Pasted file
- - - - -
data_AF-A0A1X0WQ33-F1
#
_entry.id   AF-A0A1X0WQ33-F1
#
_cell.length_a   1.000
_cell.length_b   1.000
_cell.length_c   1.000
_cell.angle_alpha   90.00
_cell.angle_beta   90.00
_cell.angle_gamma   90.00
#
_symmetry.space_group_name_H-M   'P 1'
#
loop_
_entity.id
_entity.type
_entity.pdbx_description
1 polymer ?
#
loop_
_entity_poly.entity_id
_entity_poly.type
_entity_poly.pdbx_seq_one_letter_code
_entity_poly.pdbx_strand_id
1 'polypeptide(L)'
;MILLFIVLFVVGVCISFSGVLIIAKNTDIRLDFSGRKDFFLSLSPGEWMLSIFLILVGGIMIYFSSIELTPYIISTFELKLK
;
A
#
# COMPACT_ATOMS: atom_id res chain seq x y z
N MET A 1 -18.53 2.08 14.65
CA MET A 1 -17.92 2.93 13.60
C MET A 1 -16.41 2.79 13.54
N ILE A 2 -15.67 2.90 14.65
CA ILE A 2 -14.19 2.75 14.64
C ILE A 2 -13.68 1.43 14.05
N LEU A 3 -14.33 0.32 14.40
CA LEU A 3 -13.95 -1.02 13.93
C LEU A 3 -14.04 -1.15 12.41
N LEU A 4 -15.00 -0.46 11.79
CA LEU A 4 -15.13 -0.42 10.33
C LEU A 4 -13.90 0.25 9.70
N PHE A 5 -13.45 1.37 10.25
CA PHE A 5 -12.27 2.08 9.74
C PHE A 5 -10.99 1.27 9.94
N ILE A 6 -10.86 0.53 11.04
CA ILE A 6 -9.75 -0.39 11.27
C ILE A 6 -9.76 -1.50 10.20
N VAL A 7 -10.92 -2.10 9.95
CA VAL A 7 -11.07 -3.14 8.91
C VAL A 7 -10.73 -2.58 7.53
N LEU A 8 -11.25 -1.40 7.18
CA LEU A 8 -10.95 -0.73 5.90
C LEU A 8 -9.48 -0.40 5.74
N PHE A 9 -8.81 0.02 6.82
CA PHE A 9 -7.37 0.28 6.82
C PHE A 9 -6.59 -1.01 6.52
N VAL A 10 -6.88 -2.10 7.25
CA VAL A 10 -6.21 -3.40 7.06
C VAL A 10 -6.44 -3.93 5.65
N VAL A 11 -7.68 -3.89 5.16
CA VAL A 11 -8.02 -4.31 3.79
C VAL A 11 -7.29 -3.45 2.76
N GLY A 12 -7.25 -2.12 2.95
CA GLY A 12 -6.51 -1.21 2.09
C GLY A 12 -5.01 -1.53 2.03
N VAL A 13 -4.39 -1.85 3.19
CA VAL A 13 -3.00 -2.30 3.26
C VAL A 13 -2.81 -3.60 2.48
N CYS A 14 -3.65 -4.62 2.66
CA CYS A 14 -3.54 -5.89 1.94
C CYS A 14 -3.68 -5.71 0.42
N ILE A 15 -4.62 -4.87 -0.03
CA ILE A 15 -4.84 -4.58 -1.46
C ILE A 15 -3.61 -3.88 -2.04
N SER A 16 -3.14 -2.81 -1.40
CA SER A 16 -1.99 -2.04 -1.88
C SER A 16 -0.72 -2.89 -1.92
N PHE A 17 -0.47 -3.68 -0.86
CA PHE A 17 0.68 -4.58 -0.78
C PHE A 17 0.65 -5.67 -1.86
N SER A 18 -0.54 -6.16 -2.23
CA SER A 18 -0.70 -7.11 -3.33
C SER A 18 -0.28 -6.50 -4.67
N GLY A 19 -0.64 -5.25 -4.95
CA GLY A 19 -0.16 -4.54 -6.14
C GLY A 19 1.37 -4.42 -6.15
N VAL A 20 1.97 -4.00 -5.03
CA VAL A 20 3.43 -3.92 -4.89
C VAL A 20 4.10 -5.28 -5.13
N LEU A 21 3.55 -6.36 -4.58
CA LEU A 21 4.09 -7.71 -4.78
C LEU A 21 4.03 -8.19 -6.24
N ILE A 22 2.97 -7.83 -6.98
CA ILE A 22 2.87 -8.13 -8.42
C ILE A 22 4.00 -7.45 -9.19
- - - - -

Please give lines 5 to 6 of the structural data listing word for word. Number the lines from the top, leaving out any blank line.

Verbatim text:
_cell.length_a   1.000
_cell.length_b   1.000